Just two days prior to our first Wheatear sighting of the spring we’d been down at Rhossili looking for the very same thing. Conditions were blustery and a tad on the chilly side but find a sheltered spot and it was very pleasant indeed. Even so it didn’t look that promising and so it proved to be, the crashing waves over on Worm’s Head however providing more than enough entertainment.
Things though were about to get a whole lot better. Settling down for some lunch above the old fishing hut we immediately spotted a shape in the water just off shore, views too brief to be confident of any firm ID. Fortunately we didn’t have to ponder for long as a few seconds later it was back, a superb Harbour Porpoise feeding avidly barely twenty or thirty metres out. If I’d had a blog way back when we first moved down here over a decade ago I would at this point link to a post detailing our last cetacean encounter here, that time a Bottle-nosed Dolphin feeding again close in to the cliffs but in water so crystal clear that we could see everything going on beneath. No chance of a repeat spectacle with the sea state like it was today but even so we got fabulous views.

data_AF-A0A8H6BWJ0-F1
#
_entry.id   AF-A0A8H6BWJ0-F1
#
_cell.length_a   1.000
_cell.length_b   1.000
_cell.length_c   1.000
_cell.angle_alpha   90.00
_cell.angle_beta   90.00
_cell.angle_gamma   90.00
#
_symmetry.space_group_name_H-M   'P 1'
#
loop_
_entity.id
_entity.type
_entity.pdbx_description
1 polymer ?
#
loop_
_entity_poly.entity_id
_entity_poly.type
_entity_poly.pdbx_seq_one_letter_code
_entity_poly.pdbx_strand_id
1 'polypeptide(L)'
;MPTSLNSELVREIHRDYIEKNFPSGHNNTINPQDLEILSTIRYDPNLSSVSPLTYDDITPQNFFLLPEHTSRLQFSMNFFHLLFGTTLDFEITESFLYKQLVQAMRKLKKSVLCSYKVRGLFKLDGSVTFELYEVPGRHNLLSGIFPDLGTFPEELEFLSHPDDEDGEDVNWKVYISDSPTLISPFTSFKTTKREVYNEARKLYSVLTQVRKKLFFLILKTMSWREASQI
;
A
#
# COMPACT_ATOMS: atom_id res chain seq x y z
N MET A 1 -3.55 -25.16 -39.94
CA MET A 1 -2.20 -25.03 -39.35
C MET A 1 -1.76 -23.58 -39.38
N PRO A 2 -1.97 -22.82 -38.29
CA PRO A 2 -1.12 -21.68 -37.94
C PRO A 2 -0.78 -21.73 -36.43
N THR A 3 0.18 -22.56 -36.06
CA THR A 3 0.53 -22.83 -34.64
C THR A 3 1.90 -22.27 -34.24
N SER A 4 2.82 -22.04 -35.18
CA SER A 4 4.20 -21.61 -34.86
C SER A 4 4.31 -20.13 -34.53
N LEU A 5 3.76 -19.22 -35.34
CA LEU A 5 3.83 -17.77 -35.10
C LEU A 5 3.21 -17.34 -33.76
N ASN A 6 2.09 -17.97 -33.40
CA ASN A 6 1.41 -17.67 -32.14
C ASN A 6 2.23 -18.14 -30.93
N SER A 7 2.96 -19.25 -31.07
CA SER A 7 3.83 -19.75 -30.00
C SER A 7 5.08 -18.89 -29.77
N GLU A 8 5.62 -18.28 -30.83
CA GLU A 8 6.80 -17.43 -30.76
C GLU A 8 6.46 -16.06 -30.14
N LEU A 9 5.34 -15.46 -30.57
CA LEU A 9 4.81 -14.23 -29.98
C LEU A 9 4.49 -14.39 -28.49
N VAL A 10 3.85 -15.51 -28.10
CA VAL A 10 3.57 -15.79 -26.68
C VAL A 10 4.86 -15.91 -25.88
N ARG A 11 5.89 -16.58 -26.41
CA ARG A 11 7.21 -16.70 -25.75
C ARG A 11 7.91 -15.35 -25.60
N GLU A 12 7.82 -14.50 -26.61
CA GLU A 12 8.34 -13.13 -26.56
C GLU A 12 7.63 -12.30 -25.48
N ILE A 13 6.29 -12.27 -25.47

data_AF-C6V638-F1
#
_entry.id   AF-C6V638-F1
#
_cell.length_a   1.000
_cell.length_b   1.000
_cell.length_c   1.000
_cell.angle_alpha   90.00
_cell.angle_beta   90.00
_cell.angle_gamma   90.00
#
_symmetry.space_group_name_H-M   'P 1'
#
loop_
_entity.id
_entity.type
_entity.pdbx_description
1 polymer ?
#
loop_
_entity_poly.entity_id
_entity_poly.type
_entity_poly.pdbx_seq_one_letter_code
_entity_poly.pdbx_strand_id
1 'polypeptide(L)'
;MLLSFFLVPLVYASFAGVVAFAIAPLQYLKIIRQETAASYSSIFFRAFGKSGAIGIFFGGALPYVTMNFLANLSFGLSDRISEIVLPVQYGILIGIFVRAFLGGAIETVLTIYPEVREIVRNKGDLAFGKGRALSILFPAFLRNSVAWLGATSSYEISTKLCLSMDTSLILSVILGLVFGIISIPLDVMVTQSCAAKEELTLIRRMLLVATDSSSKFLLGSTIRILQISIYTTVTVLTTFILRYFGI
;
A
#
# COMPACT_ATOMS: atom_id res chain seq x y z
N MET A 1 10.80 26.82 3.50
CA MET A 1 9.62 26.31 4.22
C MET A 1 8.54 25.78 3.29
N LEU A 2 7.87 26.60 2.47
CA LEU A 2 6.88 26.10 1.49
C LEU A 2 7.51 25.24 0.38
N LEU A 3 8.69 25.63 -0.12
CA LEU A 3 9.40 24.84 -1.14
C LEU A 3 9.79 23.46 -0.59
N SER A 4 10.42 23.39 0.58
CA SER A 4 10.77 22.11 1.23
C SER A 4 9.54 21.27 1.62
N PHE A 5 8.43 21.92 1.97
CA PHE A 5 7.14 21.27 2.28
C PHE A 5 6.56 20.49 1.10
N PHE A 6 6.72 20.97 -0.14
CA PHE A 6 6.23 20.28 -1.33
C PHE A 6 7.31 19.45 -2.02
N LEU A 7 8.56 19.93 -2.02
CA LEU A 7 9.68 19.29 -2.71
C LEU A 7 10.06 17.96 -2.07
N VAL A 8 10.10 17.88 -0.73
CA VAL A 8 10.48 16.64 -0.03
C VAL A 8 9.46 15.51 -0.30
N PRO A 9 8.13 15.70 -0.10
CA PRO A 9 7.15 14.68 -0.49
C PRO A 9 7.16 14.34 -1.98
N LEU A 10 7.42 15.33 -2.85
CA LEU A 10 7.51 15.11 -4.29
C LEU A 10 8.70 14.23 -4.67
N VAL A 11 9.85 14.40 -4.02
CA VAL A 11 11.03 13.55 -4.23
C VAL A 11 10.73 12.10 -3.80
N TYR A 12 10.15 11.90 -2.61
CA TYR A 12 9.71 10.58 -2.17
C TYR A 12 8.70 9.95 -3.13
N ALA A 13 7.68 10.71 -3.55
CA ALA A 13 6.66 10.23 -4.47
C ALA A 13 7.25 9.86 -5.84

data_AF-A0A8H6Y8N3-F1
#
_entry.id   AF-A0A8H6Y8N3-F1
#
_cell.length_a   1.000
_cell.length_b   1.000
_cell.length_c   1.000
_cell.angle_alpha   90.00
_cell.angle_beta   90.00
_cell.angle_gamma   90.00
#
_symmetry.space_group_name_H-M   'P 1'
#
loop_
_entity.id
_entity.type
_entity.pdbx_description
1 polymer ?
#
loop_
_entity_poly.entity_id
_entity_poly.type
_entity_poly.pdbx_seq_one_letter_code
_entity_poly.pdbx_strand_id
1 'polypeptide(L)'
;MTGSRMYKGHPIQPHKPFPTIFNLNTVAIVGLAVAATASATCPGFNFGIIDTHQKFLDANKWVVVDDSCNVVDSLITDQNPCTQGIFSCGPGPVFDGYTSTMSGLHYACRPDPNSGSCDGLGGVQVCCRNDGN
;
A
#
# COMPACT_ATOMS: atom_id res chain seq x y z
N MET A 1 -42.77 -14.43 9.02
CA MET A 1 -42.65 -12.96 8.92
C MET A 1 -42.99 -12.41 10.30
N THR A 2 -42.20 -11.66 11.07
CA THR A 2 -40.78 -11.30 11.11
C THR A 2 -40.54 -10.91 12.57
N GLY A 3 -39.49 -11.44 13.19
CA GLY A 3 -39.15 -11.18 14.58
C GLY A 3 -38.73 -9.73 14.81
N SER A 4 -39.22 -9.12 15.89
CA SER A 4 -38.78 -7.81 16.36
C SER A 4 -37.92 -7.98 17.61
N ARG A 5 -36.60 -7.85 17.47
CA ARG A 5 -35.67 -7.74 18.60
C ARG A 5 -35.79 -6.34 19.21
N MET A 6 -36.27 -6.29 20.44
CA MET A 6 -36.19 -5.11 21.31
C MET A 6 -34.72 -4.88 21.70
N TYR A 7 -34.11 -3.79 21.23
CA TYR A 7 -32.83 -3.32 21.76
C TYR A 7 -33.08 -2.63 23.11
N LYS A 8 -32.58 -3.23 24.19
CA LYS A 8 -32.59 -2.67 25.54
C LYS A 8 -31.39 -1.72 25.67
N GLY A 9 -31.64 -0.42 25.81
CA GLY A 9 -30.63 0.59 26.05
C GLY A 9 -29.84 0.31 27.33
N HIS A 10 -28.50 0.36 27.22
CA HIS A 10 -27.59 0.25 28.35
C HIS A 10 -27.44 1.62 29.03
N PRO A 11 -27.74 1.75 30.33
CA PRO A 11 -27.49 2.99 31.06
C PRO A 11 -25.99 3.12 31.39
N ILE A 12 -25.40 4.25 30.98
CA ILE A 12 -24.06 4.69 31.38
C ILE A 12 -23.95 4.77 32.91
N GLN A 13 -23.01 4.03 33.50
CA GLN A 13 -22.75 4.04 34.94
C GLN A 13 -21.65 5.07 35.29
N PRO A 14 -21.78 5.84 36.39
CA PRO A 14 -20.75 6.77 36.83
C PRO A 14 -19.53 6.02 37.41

The small central dorsal fin with its triangular shape is classic Porpoise and thanks to those distinctive notches this should be a relatively easy individual to track should it be recorded anywhere else. To help with that we’ve submitted our record to the Sea Watch Foundation and would encourage anyone else observing sea creatures to do the same (http://www.seawatchfoundation.org.uk/sightingsform/).
As we watched on a pattern soon began to emerge. The Porpoise would make four or five very shallow dives, often with only a few seconds between, before rising slightly higher out of the water and disappearing for several minutes at a time. Having watched whale species behave in a similar manner we knew this to be a deeper dive although given the low tide deep probably wasn’t all that deep after all. Fantastic to watch and let’s hope it’s not another ten years before our next sighting here.
Elsewhere on the headland birds were proving rather difficult to find. Too early it seems for Fulmars, possibly too busy for any Chough and thanks to that offshore wind unlikely to provide a migrant bonanza. There were plenty of Oystercatchers down on the causeway however and it was nice to see a Kestrel on one of its traditional perches.
Down beneath the lookout station though it was clear that not everyone had been so lucky. The grass was littered with bird corpses, many picked over thoroughly for carrion, including species which you’d not normally expect to find. In just a quarter of a mile we counted at least ten Golden Plover, six Lapwing, two Dunlin and two Redwing. Such a sad sight and testament to quite how severe our recent weather has been.
It would have been nice to have finished on a high after that sorry discovery but alas the weather again had different ideas. Throughout our stay a distinctly angry looking dark cloud had been developing and with its arrival seemingly imminent we chose the sensible option and retreated. Not a moment too soon either as the heavens opened soon after.